The BBC link below breaks down the results with various maps and charts:

The Immediate Aftermath

The GBPUSD, which had traded higher before the vote (over $1.50) plunged a record 10% as the outcome of the referendum became clear. The currency touched a three-decade low of $1.3229, and is currently around $1.38.  In Canadian terms, The GDBCAD fell from around $1.90 to $1.72 and now sits at $1.77.

Rating agency S&P has already confirmed that the UK is likely to lose its final AAA credit rating.

David Cameron announced he will step down from his post by October.

Markets Today

Not surprisingly, Global financial markets sold off sharply early Friday morning. There has been a strong knee-jerk sell-off in risk assets.

The Nikkei (Japan) and Dax (Germany) were down 7.9% and 6.9% respectively.  The French CAC was down 6%.  Italian and Spanish markets posted their sharpest one-day drops ever, falling more than 12%.

London’s FTSE fell by 9% initially but has since reclaimed part of that drop to finish down 3.2%.  Some investors are speculating that the plunge in sterling could benefit Britain’s economy.  Some names in the UK financial sector fell as much as 30% before cutting losses in half later in the day.

The Toronto stock market (TSX) plunged more than 300 points within minutes of opening this morning but recovered slightly afterwards. The TSX ended down 239.5 points, or 1.69%, to 13,891.88.

The S&P 500 fell 3.6% to 2,037.35 in New York, the most since August 2015. The benchmark erased its gain for the year, which reached as much as 3.7% earlier this month. The Nasdaq Composite Index tumbled 4.1%, the most in almost five years.

The risk-off sentiment is also hitting commodity prices, driving oil down by 3.6% to $47.60 U.S. per barrel, putting further downward pressure on the Canadian dollar.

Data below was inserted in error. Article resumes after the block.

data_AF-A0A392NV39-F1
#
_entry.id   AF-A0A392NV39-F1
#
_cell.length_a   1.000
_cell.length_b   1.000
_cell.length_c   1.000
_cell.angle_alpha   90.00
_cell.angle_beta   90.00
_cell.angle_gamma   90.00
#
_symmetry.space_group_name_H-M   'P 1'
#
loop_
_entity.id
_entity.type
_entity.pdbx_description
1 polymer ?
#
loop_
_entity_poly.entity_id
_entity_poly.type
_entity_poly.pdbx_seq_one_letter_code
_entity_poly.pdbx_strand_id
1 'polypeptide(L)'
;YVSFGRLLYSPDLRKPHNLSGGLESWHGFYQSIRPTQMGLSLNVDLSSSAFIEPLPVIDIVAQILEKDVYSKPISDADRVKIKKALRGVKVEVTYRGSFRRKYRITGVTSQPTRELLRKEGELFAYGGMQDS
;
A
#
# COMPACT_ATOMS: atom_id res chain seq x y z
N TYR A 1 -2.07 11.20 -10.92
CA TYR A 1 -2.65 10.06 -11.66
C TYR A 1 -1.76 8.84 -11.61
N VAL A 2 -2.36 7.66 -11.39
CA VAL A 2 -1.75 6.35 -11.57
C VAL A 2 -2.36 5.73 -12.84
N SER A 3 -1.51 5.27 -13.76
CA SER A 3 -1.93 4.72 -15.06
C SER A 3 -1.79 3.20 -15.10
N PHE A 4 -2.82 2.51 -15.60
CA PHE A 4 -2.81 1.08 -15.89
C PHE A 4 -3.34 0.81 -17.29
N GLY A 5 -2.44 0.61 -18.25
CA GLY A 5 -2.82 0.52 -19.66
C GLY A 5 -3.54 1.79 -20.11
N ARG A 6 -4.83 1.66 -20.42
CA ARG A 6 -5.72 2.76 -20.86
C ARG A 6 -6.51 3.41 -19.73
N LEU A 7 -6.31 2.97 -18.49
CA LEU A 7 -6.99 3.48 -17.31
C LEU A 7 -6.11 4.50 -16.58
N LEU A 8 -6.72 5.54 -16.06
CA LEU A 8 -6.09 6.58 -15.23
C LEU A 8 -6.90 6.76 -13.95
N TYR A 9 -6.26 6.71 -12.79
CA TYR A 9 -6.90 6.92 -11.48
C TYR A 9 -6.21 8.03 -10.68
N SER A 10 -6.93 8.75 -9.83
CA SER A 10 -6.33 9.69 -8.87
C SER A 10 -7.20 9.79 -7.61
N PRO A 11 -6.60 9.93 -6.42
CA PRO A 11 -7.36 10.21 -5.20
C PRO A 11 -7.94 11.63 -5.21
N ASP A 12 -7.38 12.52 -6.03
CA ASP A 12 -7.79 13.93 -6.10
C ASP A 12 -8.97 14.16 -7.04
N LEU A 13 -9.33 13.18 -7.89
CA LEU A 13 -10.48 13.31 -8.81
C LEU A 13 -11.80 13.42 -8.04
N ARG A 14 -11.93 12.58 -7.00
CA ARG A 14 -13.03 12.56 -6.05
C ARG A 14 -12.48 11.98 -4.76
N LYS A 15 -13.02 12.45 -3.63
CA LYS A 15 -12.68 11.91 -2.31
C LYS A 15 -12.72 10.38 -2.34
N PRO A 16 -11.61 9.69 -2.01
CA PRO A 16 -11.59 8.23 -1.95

Gold prices benefited from the flight to safety, with prices rising to as high as $1,258 (U.S.) per ounce – the highest since early 2014.

What Happens Next?

As stated, Prime Minister David Cameron and head of the Remain campaign announced he will step down as leader of the Conservative party and be replaced by a leader of the Leave campaign within the next few months, before the Conservative Party Conference in early October.

The Bank of England’s contingency plans kick in – The UK will have two years to negotiate a deal with the EU.

According to European Commission President Juncker, Britain will have to negotiate withdrawal terms first, before talking about how the new relationship will work. In other words, there will be a deep dive into what other options or alternatives are available to the U.K. There is a web of issues around regulations and trade. Anti-EU parties in other countries will be watching closely, as an amicable split may fuel further efforts to exit the EU.

Impact on North America

The most immediate impact on the North American economy will come from today’s financial market volatility in the aftermath of the vote. The Federal Reserve has been very aware of global economic risks, and a Brexit qualifies, which rules out a July rate hike. A rate increase by December remains a possibility, if markets soon calm and the near-term economic fallout is minimal.

With Fed rate hikes now delayed even further, The Bank of Canada is expected to remain on hold until at least the end of 2017.  Consequently, global bond markets will be well supported, with yields likely drifting even lower in the near term.